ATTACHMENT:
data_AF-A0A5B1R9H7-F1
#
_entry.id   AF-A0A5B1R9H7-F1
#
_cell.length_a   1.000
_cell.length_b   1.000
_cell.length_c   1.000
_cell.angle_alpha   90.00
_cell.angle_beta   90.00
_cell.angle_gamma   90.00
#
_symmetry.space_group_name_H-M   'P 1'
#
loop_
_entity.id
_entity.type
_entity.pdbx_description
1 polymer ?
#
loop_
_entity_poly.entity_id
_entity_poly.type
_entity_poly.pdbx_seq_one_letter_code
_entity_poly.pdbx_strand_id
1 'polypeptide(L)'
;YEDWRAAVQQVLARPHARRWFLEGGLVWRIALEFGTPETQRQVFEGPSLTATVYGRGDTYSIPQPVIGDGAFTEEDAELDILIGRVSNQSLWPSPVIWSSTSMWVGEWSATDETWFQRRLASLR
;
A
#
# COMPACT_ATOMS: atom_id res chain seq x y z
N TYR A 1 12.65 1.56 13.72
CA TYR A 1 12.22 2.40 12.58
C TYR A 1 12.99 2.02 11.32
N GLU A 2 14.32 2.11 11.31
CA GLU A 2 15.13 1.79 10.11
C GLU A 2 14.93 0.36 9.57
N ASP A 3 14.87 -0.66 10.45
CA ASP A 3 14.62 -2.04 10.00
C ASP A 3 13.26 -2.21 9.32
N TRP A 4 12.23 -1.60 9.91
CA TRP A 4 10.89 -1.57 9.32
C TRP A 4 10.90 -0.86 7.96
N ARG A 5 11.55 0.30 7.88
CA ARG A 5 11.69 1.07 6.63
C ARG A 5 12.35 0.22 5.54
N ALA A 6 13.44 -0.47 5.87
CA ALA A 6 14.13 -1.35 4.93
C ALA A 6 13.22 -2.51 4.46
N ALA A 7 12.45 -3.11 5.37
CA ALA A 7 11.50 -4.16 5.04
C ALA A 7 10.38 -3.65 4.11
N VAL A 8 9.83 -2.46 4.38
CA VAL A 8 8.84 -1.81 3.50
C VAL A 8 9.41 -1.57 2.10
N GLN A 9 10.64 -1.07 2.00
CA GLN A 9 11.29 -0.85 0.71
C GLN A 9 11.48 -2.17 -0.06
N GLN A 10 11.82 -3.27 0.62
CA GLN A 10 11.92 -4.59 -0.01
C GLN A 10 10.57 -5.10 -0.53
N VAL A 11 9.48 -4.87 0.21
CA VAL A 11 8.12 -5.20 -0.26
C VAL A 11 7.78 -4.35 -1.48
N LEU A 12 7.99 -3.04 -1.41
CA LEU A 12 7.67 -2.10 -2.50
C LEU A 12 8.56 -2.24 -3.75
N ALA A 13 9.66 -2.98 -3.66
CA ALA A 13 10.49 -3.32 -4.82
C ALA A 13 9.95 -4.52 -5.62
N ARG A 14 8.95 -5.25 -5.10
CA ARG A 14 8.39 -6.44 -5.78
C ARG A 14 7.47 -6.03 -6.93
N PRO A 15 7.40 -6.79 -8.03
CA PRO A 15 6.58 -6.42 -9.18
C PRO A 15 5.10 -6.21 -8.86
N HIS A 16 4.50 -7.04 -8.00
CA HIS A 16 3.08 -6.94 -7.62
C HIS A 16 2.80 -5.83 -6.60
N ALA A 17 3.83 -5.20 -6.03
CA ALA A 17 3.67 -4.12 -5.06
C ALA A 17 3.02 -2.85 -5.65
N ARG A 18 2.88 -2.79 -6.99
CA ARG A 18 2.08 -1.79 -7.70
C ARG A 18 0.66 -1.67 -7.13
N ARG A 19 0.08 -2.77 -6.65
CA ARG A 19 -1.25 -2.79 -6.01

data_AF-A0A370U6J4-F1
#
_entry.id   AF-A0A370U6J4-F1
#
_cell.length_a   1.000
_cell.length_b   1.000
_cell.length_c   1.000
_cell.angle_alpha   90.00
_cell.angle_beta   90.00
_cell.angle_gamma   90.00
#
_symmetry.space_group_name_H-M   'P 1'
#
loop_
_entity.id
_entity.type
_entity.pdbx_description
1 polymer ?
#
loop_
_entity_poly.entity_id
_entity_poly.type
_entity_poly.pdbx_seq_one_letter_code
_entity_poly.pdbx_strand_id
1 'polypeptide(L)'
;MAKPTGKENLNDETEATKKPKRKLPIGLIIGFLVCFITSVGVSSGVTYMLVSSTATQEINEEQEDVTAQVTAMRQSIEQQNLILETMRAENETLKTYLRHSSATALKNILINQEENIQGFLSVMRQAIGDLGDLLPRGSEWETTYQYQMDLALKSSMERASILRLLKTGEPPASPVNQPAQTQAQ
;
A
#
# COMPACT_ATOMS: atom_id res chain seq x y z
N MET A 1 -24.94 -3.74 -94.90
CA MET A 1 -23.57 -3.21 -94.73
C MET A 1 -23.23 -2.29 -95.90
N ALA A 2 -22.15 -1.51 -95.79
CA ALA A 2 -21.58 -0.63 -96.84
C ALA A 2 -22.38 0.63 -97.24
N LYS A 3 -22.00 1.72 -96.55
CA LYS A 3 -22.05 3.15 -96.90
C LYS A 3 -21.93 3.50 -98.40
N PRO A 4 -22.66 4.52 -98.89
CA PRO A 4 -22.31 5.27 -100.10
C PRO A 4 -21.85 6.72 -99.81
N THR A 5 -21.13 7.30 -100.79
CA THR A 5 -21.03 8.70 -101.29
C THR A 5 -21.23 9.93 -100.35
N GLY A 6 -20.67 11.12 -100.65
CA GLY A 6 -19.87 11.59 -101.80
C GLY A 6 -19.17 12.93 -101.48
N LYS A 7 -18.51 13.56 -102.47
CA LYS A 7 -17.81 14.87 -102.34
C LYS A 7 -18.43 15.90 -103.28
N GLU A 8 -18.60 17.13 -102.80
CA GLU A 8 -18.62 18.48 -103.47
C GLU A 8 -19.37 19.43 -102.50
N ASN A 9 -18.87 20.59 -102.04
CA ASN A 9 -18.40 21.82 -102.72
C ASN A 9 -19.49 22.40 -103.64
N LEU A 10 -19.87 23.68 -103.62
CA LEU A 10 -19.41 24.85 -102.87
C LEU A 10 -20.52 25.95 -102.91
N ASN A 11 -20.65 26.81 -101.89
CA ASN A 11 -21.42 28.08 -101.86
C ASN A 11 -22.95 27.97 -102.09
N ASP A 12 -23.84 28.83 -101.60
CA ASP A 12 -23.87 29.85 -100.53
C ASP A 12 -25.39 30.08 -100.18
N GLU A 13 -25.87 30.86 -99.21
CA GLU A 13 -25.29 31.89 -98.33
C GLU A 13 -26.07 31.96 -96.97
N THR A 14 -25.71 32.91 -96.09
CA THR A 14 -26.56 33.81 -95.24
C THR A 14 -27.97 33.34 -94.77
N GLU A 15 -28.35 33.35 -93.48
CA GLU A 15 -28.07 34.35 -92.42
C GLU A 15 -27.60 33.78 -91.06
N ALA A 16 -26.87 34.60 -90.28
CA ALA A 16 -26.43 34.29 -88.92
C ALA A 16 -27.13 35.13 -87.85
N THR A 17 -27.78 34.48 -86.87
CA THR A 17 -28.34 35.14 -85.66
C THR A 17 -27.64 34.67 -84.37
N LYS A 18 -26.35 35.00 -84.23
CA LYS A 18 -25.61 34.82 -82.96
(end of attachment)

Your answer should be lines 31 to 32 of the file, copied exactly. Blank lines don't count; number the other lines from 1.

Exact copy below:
N TYR A 1 12.65 1.56 13.72
CA TYR A 1 12.22 2.40 12.58